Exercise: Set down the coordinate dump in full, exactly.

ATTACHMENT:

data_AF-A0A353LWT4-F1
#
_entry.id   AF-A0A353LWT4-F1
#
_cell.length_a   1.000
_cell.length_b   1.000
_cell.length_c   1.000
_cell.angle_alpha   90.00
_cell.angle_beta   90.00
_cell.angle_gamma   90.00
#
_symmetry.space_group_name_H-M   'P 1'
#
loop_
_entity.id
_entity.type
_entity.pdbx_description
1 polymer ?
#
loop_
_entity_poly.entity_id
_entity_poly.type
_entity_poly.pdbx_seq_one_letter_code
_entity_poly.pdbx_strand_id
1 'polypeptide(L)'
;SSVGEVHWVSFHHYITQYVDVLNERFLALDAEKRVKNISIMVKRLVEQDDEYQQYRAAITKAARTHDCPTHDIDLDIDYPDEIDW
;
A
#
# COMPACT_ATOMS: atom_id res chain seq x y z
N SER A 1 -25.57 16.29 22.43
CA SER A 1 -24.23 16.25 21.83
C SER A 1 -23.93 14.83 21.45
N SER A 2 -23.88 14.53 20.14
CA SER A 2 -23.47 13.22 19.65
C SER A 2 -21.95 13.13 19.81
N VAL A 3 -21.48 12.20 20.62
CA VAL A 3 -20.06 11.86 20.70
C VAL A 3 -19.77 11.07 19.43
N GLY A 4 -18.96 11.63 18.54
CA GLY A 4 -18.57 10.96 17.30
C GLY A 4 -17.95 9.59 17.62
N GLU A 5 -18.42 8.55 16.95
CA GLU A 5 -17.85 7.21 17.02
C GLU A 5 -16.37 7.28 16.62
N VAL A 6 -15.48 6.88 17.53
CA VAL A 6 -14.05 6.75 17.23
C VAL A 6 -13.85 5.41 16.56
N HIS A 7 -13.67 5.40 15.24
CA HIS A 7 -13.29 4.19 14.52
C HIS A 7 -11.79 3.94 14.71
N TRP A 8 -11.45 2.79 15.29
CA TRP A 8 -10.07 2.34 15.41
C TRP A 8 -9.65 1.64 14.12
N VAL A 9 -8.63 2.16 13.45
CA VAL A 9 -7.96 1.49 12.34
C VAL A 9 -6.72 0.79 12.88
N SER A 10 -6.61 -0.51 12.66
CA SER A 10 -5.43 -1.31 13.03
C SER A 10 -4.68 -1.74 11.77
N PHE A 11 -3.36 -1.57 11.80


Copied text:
data_AF-A0A353LWT4-F1
#
_entry.id   AF-A0A353LWT4-F1
#
_cell.length_a   1.000
_cell.length_b   1.000
_cell.length_c   1.000
_cell.angle_alpha   90.00
_cell.angle_beta   90.00
_cell.angle_gamma   90.00
#
_symmetry.space_group_name_H-M   'P 1'
#
loop_
_entity.id
_entity.type
_entity.pdbx_description
1 polymer ?
#
loop_
_entity_poly.entity_id
_entity_poly.type
_entity_poly.pdbx_seq_one_letter_code
_entity_poly.pdbx_strand_id
1 'polypeptide(L)'
;SSVGEVHWVSFHHYITQYVDVLNERFLALDAEKRVKNISIMVKRLVEQDDEYQQYRAAITKAARTHDCPTHDIDLDIDYPDEIDW
;
A
#
# COMPACT_ATOMS: atom_id res chain seq x y z
N SER A 1 -25.57 16.29 22.43
CA SER A 1 -24.23 16.25 21.83
C SER A 1 -23.93 14.83 21.45
N SER A 2 -23.88 14.53 20.14
CA SER A 2 -23.47 13.22 19.65
C SER A 2 -21.95 13.13 19.81
N VAL A 3 -21.48 12.20 20.62
CA VAL A 3 -20.06 11.86 20.70
C VAL A 3 -19.77 11.07 19.43
N GLY A 4 -18.96 11.63 18.54
CA GLY A 4 -18.57 10.96 17.30
C GLY A 4 -17.95 9.59 17.62
N GLU A 5 -18.42 8.55 16.95
CA GLU A 5 -17.85 7.21 17.02
C GLU A 5 -16.37 7.28 16.62
N VAL A 6 -15.48 6.88 17.53
CA VAL A 6 -14.05 6.75 17.23
C VAL A 6 -13.85 5.41 16.56
N HIS A 7 -13.67 5.40 15.24
CA HIS A 7 -13.29 4.19 14.52
C HIS A 7 -11.79 3.94 14.71
N TRP A 8 -11.45 2.79 15.29
CA TRP A 8 -10.07 2.34 15.41
C TRP A 8 -9.65 1.64 14.12
N VAL A 9 -8.63 2.16 13.45
CA VAL A 9 -7.96 1.49 12.34
C VAL A 9 -6.72 0.79 12.88
N SER A 10 -6.61 -0.51 12.66
CA SER A 10 -5.43 -1.31 13.03
C SER A 10 -4.68 -1.74 11.77
N PHE A 11 -3.36 -1.57 11.80